Recycled Water Could Solve Beijing’s Water Woes, But Implementation Falls Short
In 2014, the capital began heavily relying on the South-North Water Transfer Project (SNWTP), a massive infrastructure project that shuttles water from the south of China to its arid northern region.
Before China began building the world’s largest water transfer project, the Beijing government recognized that depleting regional reservoirs was not a viable long-term strategy.
Thus the city government turned to water recycling, which is a practice of reusing treated wastewater.
Yet the city has only five municipal-run centralized reuse treatment plants.
Currently, Beijing’s industrial sector uses 20 percent of Beijing’s reclaimed water.
Less than 50 percent of decentralized water recycling systems in Beijing are used.
Huo Chang’s CECEP colleague Jun Du explains: “My home has the zhōng shuǐ tap used for toilet flushing.
Huo Chang’s company estimates that currently only 10 percent of residential and commercial customers in Beijing have access to centralized reuse water, despite a majority of Beijingers’ stronger confidence in it.
Policymakers need to shift their focus to creating sustainable and more centralized water reuse systems that are well monitored.
For a more in-depth analysis of Beijing’s water recycling policies and their implementation gaps, see Danielle Neighbour’s forthcoming publication in the Chinese Journal of Population Resources and Environment.
Energy hogs: China targets farm waste as a ‘clean’ power source
Energy hogs: China targets farm waste as a ‘clean’ power source.
By Hallie Gu and Josephine Mason BEIJING, Aug 30 (Reuters) – China will pay farmers to turn animal poo into fertiliser and power, the Ministry of Agriculture said on Wednesday, as Beijing cracks down on agricultural pollution that has for years leaked into rivers and lakes, angering Chinese residents.
China will give farmers subsidies to build animal waste processing facilities to make fertilisers or to treat manure so it’s safe for disposal, and to install biogas plants that use methane to generate electricity, according a government plan announced on Aug. 1.
The plan includes setting up recycling programmes by 2020 in 200 major counties that have livestock farms.
That’s less than half the 586 major counties the government says have hog and poultry farms.
"We will help the farmers fully understand how organic fertiliser can improve energy efficiency and the environment," said Zhong Luqing, director of the fertiliser department at the ministry, at a briefing on Wednesday.
Those researching and using organic fertiliser will also get preferential treatment on loans, taxes, power use and land rent, Zhong said.
"We will strengthen policy support and increase subsidies to support farmers to use organic fertiliser … especially large-scale farmers, family farms and cooperatives," Zhong said.
The plan is part of Beijing’s effort to limit chemical fertilisers and pesticides, which have contaminated soil and water.
Beijing has said it was targeting zero growth of chemical fertiliser and pesticide by 2020.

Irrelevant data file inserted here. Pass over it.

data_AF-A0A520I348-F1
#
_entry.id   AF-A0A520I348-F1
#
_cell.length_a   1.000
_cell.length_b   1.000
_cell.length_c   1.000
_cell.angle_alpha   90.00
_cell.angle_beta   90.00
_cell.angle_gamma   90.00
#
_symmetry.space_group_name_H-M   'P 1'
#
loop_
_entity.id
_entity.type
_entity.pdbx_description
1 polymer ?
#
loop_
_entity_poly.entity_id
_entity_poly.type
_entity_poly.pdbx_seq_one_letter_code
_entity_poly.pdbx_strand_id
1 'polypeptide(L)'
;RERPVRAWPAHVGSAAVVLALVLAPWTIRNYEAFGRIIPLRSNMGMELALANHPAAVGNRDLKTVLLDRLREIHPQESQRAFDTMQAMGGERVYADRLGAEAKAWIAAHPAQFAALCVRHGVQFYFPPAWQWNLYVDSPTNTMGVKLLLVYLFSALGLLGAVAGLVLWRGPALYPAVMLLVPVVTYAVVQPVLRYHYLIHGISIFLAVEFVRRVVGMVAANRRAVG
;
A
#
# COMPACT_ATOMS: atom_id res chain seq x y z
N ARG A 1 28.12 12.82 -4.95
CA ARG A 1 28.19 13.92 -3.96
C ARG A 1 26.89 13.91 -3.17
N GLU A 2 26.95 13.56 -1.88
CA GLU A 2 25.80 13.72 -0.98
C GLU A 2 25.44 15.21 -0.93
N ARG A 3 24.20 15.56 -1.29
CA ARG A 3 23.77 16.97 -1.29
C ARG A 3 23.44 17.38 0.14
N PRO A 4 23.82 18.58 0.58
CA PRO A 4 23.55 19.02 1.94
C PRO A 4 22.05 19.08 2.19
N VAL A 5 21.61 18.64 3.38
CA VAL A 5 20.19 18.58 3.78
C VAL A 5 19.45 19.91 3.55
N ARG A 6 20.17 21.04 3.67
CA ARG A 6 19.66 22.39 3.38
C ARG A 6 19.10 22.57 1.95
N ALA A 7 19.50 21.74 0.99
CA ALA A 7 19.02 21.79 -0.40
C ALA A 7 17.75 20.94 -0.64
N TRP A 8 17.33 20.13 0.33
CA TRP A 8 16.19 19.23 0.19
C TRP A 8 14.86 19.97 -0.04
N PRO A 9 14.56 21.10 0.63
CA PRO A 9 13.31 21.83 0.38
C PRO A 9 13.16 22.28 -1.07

Sponge City: Solutions for China’s Thirsty and Flooded Cities
Flooding is just one of the major water management issues facing China’s urban areas.
They use nature-based solutions, such as rain gardens, green roofs, constructed wetlands, and permeable pavement, to naturally capture, slow down, and filter stormwater.
Moreover, the Ministry of Finance offers additional funding (up to 10 percent of the initial amount) for cities that develop public-private partnerships to finance or operate sponge city projects.
These cities have begun developing plans, securing financing, and implementing sponge city projects.
Wuhan, which has invested two billion RMB in 104 projects, efficiently managed heavy storms on June 11, 2016.
For example, in 2010, New York City released a city-wide green infrastructure plan that integrates new rain gardens and green roofs into existing stormwater systems to improve overall performance at a projected cost of $5.3 billion, $1.5 billion less than a comparable gray infrastructure approach.
China’s central government is providing a significant amount of funding for the pilot cities, but the subsidies are far from enough to fully fund sponge city construction.
Even though the central government is offering financial incentives to encourage the use of public-private partnerships, securing private investment could be difficult.
Nevertheless, leveraging private sector financing is crucial for the success of the sponge city program, so local governments will need to identify innovative financing tools to operationalize their sponge city plans.
There are four possible ways Chinese city governments could finance sponge cities: Levy a surcharge to supplement existing water resource fees.
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Beijing municipal government has focused its attention on clean energy development, improving water treatment and garbage disposal, and other environmentally friendly initiatives in recent years, said Fang Li, director of the Beijing Municipal Environmental Protection Bureau.
Beijing has invested more than 250 billion yuan ($37 billion) in 133 environmentally focused projects, with an average annual growth rate of 10 percent for funds dedicated to environmental projects in the last five years.
The Ministry of Housing and Urban-Rural Development and the Ministry of Environmental Protection have called for the authorities to cut more than 40 percent of the amount of “black and smelly water” in builtup urban areas in 2016 and totally eliminate it by the end of this year.